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  Ambassadors from Earth: Pioneering Explorations with Unmanned Spacecraft (Jay Gallentine) (Page 2)

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Author Topic:   Ambassadors from Earth: Pioneering Explorations with Unmanned Spacecraft (Jay Gallentine)
Jay Gallentine
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From: Shorewood, MN, USA
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posted 10-28-2006 09:06 PM     Click Here to See the Profile for Jay Gallentine   Click Here to Email Jay Gallentine     Edit/Delete Message   Reply w/Quote
quote:
Originally posted by Mike Dixon:
To be perfectly honest, I didn't mind Jay's initial subtitle ...seemed to "flow" well.
Thanks very much for the input and feedback on possible titles! Much appreciated.

Tonight, I am sweating it through the precursor to Voyager called 'TOPS', which was a JPL technology effort to see whether or not they could realize the mission. The spotlight briefly shines on Algirdas Avizienis, a Lithuanian-born computer programmer at UCLA who though his nifty idea for a self-fixing computer would be ideally suited for a trip to the end of the solar system.

Philip
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posted 10-29-2006 04:16 AM     Click Here to See the Profile for Philip   Click Here to Email Philip     Edit/Delete Message   Reply w/Quote
Finally ...the most exciting bit is written. Looking forward to it!

Jay Gallentine
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posted 01-06-2007 09:52 PM     Click Here to See the Profile for Jay Gallentine   Click Here to Email Jay Gallentine     Edit/Delete Message   Reply w/Quote
Excited to report this evening that I have finished a draft of the entire work. It's quite rough in the tail end, but the major bits are now laid out and I can delve into the most fun part of writing for me: seeing how much better I can make the text.

I plan to spend the next couple of months revising, then send the work out to roughly half a dozen space folks and 'regular' folks to see how it measures up in their eyes.

Ray Katz
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posted 01-07-2007 03:22 PM     Click Here to See the Profile for Ray Katz   Click Here to Email Ray Katz     Edit/Delete Message   Reply w/Quote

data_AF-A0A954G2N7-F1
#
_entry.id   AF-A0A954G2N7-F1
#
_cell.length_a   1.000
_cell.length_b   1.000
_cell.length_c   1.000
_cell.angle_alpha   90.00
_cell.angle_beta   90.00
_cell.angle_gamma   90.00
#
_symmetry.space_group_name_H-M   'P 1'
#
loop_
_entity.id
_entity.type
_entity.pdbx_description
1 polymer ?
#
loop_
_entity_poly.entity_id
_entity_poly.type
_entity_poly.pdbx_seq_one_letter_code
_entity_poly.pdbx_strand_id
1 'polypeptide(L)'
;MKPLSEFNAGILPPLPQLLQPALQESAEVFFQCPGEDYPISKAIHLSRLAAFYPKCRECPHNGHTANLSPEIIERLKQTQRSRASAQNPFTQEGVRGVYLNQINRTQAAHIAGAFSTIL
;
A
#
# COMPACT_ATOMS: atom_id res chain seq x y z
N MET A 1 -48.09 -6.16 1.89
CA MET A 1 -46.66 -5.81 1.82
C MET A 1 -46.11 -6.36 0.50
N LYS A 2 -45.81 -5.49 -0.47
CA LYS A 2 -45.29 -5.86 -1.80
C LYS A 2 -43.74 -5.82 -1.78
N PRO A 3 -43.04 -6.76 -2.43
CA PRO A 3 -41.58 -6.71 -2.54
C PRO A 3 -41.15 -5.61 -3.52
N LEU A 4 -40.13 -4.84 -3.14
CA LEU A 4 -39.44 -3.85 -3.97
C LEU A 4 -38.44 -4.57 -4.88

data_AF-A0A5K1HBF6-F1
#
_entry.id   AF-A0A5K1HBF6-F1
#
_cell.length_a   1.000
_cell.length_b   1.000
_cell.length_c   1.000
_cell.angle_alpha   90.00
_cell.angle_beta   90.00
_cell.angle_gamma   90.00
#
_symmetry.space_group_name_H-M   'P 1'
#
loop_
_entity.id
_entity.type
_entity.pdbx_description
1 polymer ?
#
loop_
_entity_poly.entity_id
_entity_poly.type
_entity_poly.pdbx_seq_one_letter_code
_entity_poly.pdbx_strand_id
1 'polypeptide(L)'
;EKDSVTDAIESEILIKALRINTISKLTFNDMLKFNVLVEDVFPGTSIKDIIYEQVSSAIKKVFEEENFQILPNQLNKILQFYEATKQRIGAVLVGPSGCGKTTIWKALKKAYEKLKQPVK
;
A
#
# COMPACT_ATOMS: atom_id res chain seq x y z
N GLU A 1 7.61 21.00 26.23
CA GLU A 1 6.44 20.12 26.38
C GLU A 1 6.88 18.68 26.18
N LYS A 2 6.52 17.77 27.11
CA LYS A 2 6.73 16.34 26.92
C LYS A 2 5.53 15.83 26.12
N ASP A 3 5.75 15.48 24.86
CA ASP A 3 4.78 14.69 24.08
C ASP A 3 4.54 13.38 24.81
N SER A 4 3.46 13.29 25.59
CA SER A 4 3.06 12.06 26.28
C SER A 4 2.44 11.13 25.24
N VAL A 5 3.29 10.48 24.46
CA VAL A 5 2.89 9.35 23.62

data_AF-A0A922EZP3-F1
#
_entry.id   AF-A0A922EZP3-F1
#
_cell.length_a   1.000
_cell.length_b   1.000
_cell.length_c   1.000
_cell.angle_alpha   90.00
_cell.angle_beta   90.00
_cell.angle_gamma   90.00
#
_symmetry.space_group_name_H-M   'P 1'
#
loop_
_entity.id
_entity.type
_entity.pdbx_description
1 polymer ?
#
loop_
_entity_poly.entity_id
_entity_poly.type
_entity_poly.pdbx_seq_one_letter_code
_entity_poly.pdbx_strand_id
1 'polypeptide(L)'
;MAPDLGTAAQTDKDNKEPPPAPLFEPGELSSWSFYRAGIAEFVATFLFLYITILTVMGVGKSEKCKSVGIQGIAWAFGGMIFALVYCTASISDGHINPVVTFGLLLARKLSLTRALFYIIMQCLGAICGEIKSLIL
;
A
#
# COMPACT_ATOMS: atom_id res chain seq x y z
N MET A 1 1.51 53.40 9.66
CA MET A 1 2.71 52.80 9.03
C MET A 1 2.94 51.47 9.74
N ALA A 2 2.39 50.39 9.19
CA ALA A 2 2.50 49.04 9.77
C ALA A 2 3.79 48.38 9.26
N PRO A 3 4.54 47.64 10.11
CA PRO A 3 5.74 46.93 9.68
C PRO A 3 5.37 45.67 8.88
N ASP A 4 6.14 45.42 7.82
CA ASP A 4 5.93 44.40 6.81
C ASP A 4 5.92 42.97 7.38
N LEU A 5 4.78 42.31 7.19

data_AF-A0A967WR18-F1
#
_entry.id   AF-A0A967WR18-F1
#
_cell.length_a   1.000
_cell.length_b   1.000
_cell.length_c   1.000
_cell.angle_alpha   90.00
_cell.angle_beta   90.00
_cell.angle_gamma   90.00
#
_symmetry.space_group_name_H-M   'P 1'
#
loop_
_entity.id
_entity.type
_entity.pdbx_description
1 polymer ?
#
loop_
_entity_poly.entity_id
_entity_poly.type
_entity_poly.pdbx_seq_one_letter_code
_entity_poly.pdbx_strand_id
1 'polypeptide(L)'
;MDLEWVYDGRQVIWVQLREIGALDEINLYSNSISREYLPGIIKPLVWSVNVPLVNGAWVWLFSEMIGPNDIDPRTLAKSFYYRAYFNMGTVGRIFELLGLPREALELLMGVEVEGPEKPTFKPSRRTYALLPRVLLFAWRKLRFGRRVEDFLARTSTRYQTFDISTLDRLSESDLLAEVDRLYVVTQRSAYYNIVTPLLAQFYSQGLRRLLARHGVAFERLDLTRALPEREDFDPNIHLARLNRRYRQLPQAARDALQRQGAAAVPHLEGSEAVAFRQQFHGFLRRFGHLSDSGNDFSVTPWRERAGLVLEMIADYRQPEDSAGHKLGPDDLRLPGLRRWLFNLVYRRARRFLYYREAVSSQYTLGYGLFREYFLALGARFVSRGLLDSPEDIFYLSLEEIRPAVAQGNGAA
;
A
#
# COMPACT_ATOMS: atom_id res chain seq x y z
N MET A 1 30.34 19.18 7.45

Jay, I don't know if this would be of interest to you, but the guy who put in a new staircase at my home worked on the Orbiting Astronomical Observatory -- which was, I believe, the first space telescope. If you're interested in talking to him, I could try and track him down.

He also gave me a spare part from the OAO, which was something to help orient the vehicle. It was slightly cracked, so they didn't use it...

Jay Gallentine
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posted 01-07-2007 08:33 PM     Click Here to See the Profile for Jay Gallentine   Click Here to Email Jay Gallentine     Edit/Delete Message   Reply w/Quote
Hi Ray, thanks for the post. Sorry to say I am not covering that mission... only Sputnik 1 through Voyager at Neptune. I slashed down the scope after finding too much good stuff on the early flights!

Philip
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posted 01-17-2007 08:50 AM     Click Here to See the Profile for Philip   Click Here to Email Philip     Edit/Delete Message   Reply w/Quote
Post-1977 might be for a follow-on book covering the last 30 years 1977 - 2007

Jay Gallentine
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posted 03-18-2007 10:14 PM     Click Here to See the Profile for Jay Gallentine   Click Here to Email Jay Gallentine     Edit/Delete Message   Reply w/Quote
Well, by this time I figured I'd have the final chapter about buttoned up and be deep into editing the front section. Not to be. Having just come off the Voyager Neptune encounter, I'm trying to sum up what I call the 'redemption' of JPL by way of this mission. That is, what, exactly, did the Lab do to learn from the mistakes of Ranger and plow ahead into success?